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Understanding and reducing stroke risks

It's important to learn how to identify the signs and symptoms of stroke

Understanding and reducing stroke risks

As the second leading cause of death worldwide, according to World Health Organization, stroke will affect 1 in 4 adults over the age of 25 globally. A condition where the blood supply to the brain is disrupted, a stroke results in oxygen starvation, brain damage and loss of function.

There are two main types of strokes: ischemic, which occur when a blood vessel carrying oxygen and nutrients to the brain is blocked by a clot, and hemorrhagic, which are less common but can be more serious, occur when a weakened blood vessel ruptures and begins leaking blood. According to the Center for Disease Control and Prevention (CDC), 87% of strokes are ischemic.

Because a stroke can cause lasting disability and pain for those impacted and their loved ones, it’s important to learn how to identify the signs and symptoms of stroke, how to reduce risk factors and where to go for timely treatment. Consider this information from the experts at Cerenovus, who are committed to changing the trajectory of stroke and offering a broad portfolio of devices used in the endovascular treatment of stroke, to learn more.

Know the Signs and Symptoms
If you suspect yourself or a loved one is experiencing a stroke, acting F.A.S.T. is critical in getting timely treatment necessary to survive. If you recognize the signs and symptoms of a stroke – face weakness, arm weakness and speech slurring – it’s time to call for help. Reducing the amount of time between the onset of stroke and treatment can make a difference in how well the brain, arms, legs, speech and thinking are able to recover. The longer a stroke goes untreated, the greater the chances are of experiencing long-term disability, brain damage or death.

Reduce Stroke Risks
While strokes can be devastating and deadly, up to 90% are preventable, according to the World Stroke Organization, and many risk factors can be controlled before they cause a stroke. By managing conditions like high blood pressure, diabetes, obesity and atrial fibrillation (AFib); ceasing smoking; eating a healthy diet; getting regular exercise; and taking prescribed medications, you can decrease your risk.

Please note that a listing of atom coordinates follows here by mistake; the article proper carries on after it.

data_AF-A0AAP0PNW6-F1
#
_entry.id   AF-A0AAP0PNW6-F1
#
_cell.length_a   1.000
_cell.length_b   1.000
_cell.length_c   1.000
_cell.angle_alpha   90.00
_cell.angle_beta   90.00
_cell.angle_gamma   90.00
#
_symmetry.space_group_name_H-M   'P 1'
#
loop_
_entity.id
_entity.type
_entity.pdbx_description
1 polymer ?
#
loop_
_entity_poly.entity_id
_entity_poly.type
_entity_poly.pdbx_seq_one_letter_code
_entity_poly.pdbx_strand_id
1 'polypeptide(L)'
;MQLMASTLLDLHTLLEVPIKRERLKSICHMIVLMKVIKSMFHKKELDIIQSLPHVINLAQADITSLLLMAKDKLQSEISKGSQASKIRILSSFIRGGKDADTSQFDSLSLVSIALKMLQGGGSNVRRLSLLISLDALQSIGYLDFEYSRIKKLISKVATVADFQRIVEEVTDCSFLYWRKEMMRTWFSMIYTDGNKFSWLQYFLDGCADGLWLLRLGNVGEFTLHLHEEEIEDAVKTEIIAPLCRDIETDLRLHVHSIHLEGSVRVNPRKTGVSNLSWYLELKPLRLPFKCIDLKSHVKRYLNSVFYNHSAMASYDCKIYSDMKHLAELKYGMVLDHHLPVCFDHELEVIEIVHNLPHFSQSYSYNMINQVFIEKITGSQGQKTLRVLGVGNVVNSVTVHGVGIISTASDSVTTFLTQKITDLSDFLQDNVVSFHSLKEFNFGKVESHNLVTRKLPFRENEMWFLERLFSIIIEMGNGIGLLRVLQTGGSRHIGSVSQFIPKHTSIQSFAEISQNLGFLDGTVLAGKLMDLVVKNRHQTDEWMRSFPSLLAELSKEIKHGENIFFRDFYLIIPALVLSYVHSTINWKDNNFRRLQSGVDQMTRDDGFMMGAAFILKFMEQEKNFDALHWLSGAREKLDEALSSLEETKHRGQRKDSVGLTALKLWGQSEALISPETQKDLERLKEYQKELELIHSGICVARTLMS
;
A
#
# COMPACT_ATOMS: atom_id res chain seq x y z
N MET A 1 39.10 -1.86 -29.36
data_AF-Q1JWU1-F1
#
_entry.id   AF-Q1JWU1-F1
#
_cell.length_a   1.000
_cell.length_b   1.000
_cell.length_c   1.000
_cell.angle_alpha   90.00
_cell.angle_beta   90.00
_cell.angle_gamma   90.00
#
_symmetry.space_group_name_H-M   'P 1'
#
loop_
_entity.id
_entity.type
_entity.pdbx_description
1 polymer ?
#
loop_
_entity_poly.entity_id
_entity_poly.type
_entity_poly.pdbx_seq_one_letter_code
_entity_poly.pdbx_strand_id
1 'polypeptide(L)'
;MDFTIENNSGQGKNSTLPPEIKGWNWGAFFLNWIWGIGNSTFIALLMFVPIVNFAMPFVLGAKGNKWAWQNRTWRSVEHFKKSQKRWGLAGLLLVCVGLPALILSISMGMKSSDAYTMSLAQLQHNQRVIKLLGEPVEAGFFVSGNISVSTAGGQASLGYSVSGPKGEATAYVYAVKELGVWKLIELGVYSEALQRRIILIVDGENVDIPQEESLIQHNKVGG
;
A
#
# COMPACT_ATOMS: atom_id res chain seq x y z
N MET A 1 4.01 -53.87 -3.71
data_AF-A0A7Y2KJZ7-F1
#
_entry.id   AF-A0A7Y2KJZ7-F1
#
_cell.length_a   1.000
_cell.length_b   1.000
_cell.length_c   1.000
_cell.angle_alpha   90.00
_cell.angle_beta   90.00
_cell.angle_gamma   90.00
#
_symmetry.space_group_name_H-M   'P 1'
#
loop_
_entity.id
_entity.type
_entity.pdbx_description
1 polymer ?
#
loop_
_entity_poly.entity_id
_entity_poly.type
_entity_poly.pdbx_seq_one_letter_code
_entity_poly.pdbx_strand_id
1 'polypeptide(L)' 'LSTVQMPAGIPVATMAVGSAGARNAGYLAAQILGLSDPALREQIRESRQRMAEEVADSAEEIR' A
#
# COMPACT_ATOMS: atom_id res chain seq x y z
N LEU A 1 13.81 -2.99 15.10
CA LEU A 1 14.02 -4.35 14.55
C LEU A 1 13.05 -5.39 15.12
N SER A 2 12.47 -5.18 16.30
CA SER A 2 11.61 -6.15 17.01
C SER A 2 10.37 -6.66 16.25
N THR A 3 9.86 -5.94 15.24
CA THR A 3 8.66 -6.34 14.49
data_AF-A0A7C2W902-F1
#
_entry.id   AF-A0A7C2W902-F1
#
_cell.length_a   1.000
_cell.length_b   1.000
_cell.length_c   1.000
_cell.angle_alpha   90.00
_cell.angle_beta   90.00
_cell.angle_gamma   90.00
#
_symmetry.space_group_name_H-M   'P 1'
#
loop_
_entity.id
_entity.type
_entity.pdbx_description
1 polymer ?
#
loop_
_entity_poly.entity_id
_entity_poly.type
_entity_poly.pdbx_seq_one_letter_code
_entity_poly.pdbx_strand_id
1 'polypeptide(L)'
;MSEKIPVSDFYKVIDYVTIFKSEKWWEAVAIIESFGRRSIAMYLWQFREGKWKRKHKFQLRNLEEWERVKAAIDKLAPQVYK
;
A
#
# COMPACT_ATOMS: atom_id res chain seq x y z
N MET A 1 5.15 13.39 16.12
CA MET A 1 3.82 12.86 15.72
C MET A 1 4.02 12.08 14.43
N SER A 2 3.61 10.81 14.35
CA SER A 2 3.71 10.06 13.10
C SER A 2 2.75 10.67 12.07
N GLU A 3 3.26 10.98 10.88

READ MORE: What women need to know about stroke risks

Address Health Inequities
Communities of color are disproportionately affected by stroke risk factors and have poorer experiences when it comes to timeliness and access to stroke care, referral patterns, treatment utilization and outcomes, according to research published in the “Journal of Stroke and Cerebrovascular Diseases. In fact, the risk of having a first stroke is nearly twice as high for Black people, according to the CDC, and members of the Black community have the highest rate of death due to stroke. Additionally, according to the American Stroke Association, non-white stroke patients are less likely to arrive by EMS and experience longer emergency department waiting times compared to white patients.

Know Where to Go
For every minute a stroke occurs, 1.9 million brain cells are lost, and the longer a stroke goes untreated, the greater the chances are of experiencing long-term disability and brain damage. That’s why it’s critical to seek immediate treatment at the nearest comprehensive (or Level 1) stroke center. These facilities offer a full spectrum of neuroendovascular care, which can help patients taken directly there survive without long-term disabilities.

Understand Treatment Options
Seeking immediate treatment for stroke means you have more treatment options available, such as being eligible to receive tissue plasminogen activator or mechanical thrombectomy (MT) for ischemic stroke. MT, a minimally invasive blood clot retrieval procedure, helps improve the chances you’ll survive an ischemic stroke and make a full recovery. Treatment options for hemorrhagic stroke include surgery to remove, repair or clip a ruptured aneurysm.

If you or a loved one experience signs of stroke, seek immediate emergency medical services. To learn more about stroke risks and treatment options, visit

(Family Features)
Photo courtesy of Getty Images

Content courtesy of Cerenovus / EOS #258724-230920 | © CERENOVUS 2023

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